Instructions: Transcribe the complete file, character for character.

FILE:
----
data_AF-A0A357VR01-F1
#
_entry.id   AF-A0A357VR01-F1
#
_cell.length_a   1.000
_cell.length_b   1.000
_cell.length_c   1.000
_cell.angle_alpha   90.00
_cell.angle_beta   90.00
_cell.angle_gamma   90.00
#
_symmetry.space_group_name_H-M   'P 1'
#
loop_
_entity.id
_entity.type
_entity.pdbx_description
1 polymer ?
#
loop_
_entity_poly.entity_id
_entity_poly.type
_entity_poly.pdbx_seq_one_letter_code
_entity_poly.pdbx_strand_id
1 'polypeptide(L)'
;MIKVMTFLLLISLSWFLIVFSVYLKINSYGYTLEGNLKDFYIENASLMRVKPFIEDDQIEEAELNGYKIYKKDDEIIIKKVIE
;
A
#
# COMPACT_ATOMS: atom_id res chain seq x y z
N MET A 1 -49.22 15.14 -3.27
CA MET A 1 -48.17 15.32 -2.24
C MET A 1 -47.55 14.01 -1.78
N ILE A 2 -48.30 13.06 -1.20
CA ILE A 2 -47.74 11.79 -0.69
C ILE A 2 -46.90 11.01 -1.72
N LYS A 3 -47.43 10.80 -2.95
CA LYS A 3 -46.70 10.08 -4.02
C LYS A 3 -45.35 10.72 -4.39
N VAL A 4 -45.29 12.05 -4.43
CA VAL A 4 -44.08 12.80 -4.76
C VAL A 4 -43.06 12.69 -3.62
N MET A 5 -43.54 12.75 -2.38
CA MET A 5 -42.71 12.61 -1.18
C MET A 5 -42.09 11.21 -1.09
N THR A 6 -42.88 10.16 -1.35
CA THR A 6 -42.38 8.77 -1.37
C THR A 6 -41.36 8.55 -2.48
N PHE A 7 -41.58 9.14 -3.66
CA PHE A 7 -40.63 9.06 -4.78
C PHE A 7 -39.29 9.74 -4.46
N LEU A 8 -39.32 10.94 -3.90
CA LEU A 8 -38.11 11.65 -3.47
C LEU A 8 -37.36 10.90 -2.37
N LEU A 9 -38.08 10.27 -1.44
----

data_AF-A0A357VR01-F1
#
_entry.id   AF-A0A357VR01-F1
#
_cell.length_a   1.000
_cell.length_b   1.000
_cell.length_c   1.000
_cell.angle_alpha   90.00
_cell.angle_beta   90.00
_cell.angle_gamma   90.00
#
_symmetry.space_group_name_H-M   'P 1'
#
loop_
_entity.id
_entity.type
_entity.pdbx_description
1 polymer ?
#
loop_
_entity_poly.entity_id
_entity_poly.type
_entity_poly.pdbx_seq_one_letter_code
_entity_poly.pdbx_strand_id
1 'polypeptide(L)'
;MIKVMTFLLLISLSWFLIVFSVYLKINSYGYTLEGNLKDFYIENASLMRVKPFIEDDQIEEAELNGYKIYKKDDEIIIKKVIE
;
A
#
# COMPACT_ATOMS: atom_id res chain seq x y z
N MET A 1 -49.22 15.14 -3.27
CA MET A 1 -48.17 15.32 -2.24
C MET A 1 -47.55 14.01 -1.78
N ILE A 2 -48.30 13.06 -1.20
CA ILE A 2 -47.74 11.79 -0.69
C ILE A 2 -46.90 11.01 -1.72
N LYS A 3 -47.43 10.80 -2.95
CA LYS A 3 -46.70 10.08 -4.02
C LYS A 3 -45.35 10.72 -4.39
N VAL A 4 -45.29 12.05 -4.43
CA VAL A 4 -44.08 12.80 -4.76
C VAL A 4 -43.06 12.69 -3.62
N MET A 5 -43.54 12.75 -2.38
CA MET A 5 -42.71 12.61 -1.18
C MET A 5 -42.09 11.21 -1.09
N THR A 6 -42.88 10.16 -1.35
CA THR A 6 -42.38 8.77 -1.37
C THR A 6 -41.36 8.55 -2.48
N PHE A 7 -41.58 9.14 -3.66
CA PHE A 7 -40.63 9.06 -4.78
C PHE A 7 -39.29 9.74 -4.46
N LEU A 8 -39.32 10.94 -3.90
CA LEU A 8 -38.11 11.65 -3.47
C LEU A 8 -37.36 10.90 -2.37
N LEU A 9 -38.08 10.27 -1.44